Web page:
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Pride Month picnic includes celebration and protest

Drum music was one of several activities visitors enjoyed Saturday during the third annual Picnic for Progress at Jackson Park Drum music was one of several activities visitors enjoyed Saturday during the third annual Picnic for Progress at Jackson Park

Hendersonville celebrated Pride Month Saturday with a picnic in the park that included food, music, numerous exhibits, speakers, a proclamation from the city and a few protesters.

“It’s bigger this year than last year. We’ve outgrown this space,” Laura Bannister, the chairperson of Hendersonville Pride, said of the third annual Picnic for Progress held at Jackson Park to celebrate Pride Month. “I love the turnout to celebrate all that we are, the bad times we’ve come through to achieve equity in Hendersonville.”
Bannister said the group might consider holding the picnic in Mills River or Fletcher next year.
She estimated around 1,000 people attended the picnic while county officials put the number closer to 500.
Regardless of the exact number, many who came to the picnic struggled to find parking along with other visitors who wanted to enjoy the park’s new all-inclusive playground and other attractions. The picnic also included 47 exhibitors, Bannister said.
A small number of people turned out to protest the event.
Holding signs that read “Love is Not Proud” and “Jesus Saves,” a group of about 10 people came to protest the picnic with some saying they thought events like the one in the park set a dangerous example for children.
“I’m personally out here to represent the God-ordained relationship between one man and one woman,” a protester who identified himself only as Patrick said. “The Pride movement is targeting children.”
Another protester, Allura Lightfoot of Hendersonville, said she and some of the others who came to protest also protest against abortion in Asheville. She said she too believes the Pride movement is dangerous for children.
At one point during the picnic, four Henderson County Sheriff’s Department deputies, park officials and Henderson County Business and Community Development Director Christopher Todd were on-hand to keep the peace between protesters and the people at the Pride event.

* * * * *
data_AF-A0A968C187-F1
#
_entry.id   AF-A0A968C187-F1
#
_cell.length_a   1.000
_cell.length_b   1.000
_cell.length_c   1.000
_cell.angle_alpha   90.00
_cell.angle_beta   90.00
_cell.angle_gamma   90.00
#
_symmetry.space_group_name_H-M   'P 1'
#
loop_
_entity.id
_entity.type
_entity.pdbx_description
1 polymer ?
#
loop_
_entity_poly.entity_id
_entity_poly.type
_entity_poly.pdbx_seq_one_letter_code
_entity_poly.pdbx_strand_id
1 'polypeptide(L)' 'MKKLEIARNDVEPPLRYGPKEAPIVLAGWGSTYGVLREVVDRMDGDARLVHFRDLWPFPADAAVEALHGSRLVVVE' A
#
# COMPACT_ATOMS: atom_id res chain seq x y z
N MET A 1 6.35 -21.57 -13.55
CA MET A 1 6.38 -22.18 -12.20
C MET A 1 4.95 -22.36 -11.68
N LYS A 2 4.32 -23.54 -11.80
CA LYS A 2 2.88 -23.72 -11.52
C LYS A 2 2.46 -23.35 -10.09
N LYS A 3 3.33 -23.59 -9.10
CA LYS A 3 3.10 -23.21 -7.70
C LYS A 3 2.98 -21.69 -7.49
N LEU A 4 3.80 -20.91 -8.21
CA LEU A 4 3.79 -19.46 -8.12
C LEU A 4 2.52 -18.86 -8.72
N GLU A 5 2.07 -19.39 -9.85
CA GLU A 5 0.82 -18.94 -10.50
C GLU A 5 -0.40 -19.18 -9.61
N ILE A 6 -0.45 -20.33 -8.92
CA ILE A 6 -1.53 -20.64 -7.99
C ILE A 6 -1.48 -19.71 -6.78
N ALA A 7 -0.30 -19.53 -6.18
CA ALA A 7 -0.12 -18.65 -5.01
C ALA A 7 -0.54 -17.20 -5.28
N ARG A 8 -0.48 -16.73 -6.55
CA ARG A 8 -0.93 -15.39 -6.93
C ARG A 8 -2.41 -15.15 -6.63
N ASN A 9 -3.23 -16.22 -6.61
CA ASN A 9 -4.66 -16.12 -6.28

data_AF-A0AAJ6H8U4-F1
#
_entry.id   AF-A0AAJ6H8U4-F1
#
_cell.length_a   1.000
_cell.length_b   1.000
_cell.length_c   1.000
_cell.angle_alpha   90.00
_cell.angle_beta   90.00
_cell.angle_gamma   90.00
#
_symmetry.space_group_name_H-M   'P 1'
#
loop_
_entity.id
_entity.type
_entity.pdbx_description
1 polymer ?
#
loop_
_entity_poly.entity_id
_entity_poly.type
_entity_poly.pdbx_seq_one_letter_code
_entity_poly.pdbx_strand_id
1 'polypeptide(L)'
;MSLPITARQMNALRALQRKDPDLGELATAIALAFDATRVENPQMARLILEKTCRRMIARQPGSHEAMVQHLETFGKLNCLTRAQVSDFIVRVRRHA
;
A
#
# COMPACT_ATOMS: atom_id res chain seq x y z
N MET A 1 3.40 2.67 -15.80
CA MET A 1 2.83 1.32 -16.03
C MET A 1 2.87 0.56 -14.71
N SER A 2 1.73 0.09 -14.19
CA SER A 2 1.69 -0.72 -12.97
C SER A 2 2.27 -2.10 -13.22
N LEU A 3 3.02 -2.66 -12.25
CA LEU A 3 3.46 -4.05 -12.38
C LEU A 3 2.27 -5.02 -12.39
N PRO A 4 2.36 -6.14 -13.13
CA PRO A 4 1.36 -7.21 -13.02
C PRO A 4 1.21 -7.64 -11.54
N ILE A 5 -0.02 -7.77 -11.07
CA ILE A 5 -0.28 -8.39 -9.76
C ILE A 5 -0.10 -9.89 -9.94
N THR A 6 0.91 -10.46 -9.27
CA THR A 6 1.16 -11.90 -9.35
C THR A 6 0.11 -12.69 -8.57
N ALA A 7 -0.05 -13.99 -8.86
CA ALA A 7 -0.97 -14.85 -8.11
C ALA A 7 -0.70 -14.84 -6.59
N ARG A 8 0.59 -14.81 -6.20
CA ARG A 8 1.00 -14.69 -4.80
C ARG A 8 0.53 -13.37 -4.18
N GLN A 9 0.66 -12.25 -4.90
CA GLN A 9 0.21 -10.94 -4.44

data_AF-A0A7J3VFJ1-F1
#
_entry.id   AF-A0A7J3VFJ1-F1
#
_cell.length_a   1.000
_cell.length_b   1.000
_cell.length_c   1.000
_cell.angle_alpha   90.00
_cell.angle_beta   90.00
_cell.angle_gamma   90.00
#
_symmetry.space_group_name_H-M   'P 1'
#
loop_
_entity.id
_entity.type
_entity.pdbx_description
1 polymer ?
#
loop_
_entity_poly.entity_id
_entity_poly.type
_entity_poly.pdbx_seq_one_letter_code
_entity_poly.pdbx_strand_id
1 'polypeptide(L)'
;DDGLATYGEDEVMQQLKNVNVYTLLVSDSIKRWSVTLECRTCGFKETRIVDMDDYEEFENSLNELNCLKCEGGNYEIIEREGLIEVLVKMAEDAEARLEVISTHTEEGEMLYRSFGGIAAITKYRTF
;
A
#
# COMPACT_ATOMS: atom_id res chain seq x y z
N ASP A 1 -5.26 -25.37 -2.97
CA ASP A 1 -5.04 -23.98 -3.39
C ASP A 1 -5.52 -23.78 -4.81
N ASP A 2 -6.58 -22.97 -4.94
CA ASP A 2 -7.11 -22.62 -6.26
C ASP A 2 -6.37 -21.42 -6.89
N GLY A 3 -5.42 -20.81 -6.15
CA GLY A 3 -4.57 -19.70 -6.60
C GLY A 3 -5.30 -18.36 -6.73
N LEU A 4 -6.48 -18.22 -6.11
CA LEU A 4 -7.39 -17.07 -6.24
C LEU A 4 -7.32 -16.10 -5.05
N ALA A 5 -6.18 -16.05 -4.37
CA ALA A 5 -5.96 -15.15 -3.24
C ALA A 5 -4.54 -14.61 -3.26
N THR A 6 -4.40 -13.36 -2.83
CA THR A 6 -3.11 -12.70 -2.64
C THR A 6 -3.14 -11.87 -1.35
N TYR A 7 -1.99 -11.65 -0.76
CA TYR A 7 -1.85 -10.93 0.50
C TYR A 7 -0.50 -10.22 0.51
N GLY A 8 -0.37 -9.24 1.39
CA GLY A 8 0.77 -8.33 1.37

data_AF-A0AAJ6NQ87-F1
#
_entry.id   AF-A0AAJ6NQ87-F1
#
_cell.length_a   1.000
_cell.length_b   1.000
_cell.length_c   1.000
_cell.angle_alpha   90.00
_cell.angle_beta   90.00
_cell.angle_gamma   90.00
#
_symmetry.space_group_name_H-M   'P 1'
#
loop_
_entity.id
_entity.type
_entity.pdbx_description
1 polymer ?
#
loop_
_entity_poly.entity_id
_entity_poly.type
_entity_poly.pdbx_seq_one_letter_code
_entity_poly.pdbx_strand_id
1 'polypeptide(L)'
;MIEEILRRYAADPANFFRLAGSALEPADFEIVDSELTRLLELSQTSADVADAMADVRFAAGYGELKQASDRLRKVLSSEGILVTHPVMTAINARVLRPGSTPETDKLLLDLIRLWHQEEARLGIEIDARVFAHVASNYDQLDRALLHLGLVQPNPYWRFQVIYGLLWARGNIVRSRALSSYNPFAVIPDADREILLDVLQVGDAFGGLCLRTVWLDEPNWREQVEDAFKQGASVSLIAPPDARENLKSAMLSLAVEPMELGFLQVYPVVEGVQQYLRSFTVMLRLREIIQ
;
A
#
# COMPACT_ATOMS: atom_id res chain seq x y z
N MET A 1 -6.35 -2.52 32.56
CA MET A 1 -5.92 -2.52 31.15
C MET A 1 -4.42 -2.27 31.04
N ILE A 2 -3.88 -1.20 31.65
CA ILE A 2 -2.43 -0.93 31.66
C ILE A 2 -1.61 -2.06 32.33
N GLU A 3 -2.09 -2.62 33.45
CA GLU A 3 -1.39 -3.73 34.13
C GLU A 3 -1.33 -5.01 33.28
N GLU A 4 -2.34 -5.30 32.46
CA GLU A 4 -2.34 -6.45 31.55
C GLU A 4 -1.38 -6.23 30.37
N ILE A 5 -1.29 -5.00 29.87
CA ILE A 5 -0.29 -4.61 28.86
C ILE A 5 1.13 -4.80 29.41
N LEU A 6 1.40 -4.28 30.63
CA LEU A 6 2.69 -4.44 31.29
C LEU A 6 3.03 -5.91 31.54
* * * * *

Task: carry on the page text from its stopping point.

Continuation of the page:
Deputies asked a few protesters to move from the space Pride organizers had rented for the picnic to a location in the park directly across from the picnic. Deputies physically escorted one female protester from the picnic site after she refused the officers’ requests to leave.
Park officials at another point asked both protesters and people attending the picnic to stop using sound equipment with amplification after a protestor using a loud speaker and a person from the Pride event with a bullhorn began shouting at each other.
Todd said organizers of the picnic received a permit from the county for the event because it included more than 50 people. The others were free to protest in the park outside the event space.
“As long as they are abiding by the law, they can be here,” he said of the protesters.
Bannister said she did not mind the protest or the request to stop using sound equipment.
“They have their First Amendment rights. We can’t argue with that,” she said. “I thanked the officers for doing what they do – what they do to keep the peace.”
Most people who attended the event seemed to take the protest in stride. They visited the exhibits offered by several local organizations, visited with one another, played cornhole, listened to music and ate a variety of food offered for sale by a few food trucks.
Paul Simons, who lives in both Hendersonville and Florida, said he was excited that a member of Hendersonville’s City Council was scheduled to speak.
“You don’t see a lot of that these days, especially in Florida,” he said.
Hendersonville Mayor Pro Tem Lyndsey Simpson was one of several speakers during the picnic. She read a proclamation designating June 2023 as Pride Month.
“Hendersonville welcomes the guests and residents who will gather to celebrate and honor the fight against discrimination and prejudice towards LGBTQ + individuals during the month of June 2023,” according to the proclamation. “Celebrating pride month influences awareness and provides support and advocacy for Hendersonville’s LGBTQ + community.”
Simpson in an interview after reading the proclamation said she felt it was important for her to attend the picnic.
“We want to ensure Hendersonville is a community where everyone can feel welcomed and included,” she said. “One of the ways we can do that is to be at the Pride picnic and proclaim June as Pride Month.”